Working at heights set high demands on the equipment, but also the user’s awareness of the risks connected to the job. We have interviewed people working at heights to hear what they think about their job and how they stay safe.
Anders Högberg has been working as a construction welder for 16 years. When we meet up with him he is working with installing steel structures on a large house construction outside Gothenburg in Sweden. The work is carried out at heights up to 30 meters and places great demands on the safety focus.
"I spend about 2/3 of my working hours at height and always work together with others. To work as safely as possible, I try to avoid being stressed and always think through all steps and what consequences, for example, a slope could lead to, both to prevent myself and others from being hurt.”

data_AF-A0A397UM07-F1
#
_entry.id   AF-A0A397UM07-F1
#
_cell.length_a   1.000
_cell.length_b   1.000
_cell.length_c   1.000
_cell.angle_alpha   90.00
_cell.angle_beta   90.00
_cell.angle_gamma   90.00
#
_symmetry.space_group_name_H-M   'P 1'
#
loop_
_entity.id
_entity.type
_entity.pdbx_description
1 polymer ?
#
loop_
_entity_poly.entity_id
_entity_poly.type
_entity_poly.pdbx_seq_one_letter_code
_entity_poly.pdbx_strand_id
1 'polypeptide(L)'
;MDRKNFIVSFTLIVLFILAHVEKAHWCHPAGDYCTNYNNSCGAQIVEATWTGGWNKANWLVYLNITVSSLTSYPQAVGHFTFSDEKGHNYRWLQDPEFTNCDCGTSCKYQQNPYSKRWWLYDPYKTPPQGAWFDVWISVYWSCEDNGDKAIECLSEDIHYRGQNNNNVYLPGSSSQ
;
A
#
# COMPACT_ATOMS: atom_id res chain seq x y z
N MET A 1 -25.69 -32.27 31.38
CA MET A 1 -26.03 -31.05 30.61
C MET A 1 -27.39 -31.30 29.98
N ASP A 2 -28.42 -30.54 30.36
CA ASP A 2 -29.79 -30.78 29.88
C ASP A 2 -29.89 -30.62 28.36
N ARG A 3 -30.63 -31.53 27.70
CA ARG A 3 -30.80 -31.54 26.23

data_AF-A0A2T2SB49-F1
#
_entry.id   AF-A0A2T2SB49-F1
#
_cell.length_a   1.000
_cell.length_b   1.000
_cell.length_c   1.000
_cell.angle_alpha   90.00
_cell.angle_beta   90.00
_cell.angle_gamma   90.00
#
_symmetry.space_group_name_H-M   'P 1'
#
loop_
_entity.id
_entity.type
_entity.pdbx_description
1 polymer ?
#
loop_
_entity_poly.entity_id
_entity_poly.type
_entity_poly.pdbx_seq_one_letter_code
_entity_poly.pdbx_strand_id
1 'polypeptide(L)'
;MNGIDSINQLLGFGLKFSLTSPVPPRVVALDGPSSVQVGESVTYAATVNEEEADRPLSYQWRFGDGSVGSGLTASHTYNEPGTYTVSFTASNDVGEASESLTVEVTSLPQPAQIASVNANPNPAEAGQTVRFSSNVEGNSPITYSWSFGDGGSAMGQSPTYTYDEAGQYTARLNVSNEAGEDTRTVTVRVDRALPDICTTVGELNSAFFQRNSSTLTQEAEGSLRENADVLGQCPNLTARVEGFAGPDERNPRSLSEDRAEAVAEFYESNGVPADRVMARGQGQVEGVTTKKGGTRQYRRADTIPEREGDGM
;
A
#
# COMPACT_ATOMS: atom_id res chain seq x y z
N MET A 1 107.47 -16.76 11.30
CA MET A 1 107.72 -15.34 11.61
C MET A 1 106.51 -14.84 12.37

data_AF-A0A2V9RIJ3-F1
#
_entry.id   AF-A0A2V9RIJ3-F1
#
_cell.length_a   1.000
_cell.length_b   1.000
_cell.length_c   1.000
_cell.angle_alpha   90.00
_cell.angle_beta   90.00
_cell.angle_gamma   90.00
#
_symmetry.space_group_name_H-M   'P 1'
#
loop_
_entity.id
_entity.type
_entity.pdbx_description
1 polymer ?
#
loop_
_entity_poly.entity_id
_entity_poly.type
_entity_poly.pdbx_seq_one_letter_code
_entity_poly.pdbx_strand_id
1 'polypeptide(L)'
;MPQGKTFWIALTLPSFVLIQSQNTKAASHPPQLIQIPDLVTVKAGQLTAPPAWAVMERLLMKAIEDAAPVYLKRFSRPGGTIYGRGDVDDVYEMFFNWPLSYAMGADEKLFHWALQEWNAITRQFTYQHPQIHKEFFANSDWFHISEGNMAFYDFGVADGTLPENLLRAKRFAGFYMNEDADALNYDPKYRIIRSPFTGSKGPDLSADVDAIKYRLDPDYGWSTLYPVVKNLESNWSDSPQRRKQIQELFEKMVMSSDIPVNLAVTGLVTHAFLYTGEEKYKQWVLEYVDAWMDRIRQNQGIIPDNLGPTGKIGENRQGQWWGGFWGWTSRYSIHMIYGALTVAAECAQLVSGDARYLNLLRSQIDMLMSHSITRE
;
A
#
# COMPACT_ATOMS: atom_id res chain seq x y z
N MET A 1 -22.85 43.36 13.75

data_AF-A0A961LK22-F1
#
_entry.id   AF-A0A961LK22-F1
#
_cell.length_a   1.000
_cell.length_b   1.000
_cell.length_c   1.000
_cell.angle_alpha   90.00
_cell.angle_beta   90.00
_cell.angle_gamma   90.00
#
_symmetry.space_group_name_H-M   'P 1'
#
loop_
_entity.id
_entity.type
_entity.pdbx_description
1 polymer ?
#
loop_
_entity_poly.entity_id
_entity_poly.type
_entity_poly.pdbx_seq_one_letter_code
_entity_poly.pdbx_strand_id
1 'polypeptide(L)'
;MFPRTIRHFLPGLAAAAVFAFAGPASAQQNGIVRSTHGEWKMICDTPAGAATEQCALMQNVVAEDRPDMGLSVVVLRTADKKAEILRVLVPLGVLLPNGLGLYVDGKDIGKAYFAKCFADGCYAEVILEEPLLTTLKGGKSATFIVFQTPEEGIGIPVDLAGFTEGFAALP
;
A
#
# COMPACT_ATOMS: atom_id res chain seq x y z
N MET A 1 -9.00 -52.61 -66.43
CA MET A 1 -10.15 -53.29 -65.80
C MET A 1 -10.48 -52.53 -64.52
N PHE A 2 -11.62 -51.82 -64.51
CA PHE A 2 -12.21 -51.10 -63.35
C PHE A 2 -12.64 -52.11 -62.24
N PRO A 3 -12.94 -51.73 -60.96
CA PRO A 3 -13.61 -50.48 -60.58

Anders does not think that it’s difficult to work at heights but admits that it is taking a bit more time to plan the lifts at the construction area and to move from position a to b. His fear of heights is no longer a problem, but was a challenge in the beginning.
“Well, at first I thought it was a bit hard to work at heights, but by continuously exposing myself for it, it became easier over time. But, of course, no one is forced to work at heights if they do not feel comfortable with it.”
For the work to be performed as safely as possible, only approved scaffolds and equipment are used. The safety harness and the helmet is always close to hand and in addition everyone is equipped to be able to help a colleague in need. So far Anders haven’t had to use the equipment to help himself or someone else. Besides using the right safety equipment Anders stresses the importance of good work wear and shoes.
“Good safety shoes are really important. They should not be slippery and needs to fit tightly to your feet to give full support. Also, good gloves are important, both that they provide a good grip but also that they are comfortable to wear.”
One of the strongest job-related memories is one from last year when Anders and his colleagues worked on the roof of a high-rise building in the outskirts of Gothenburg.
"We worked 70-80 meters up in the air hanging in safety harnesses on the edge. That’s a good view I can tell!"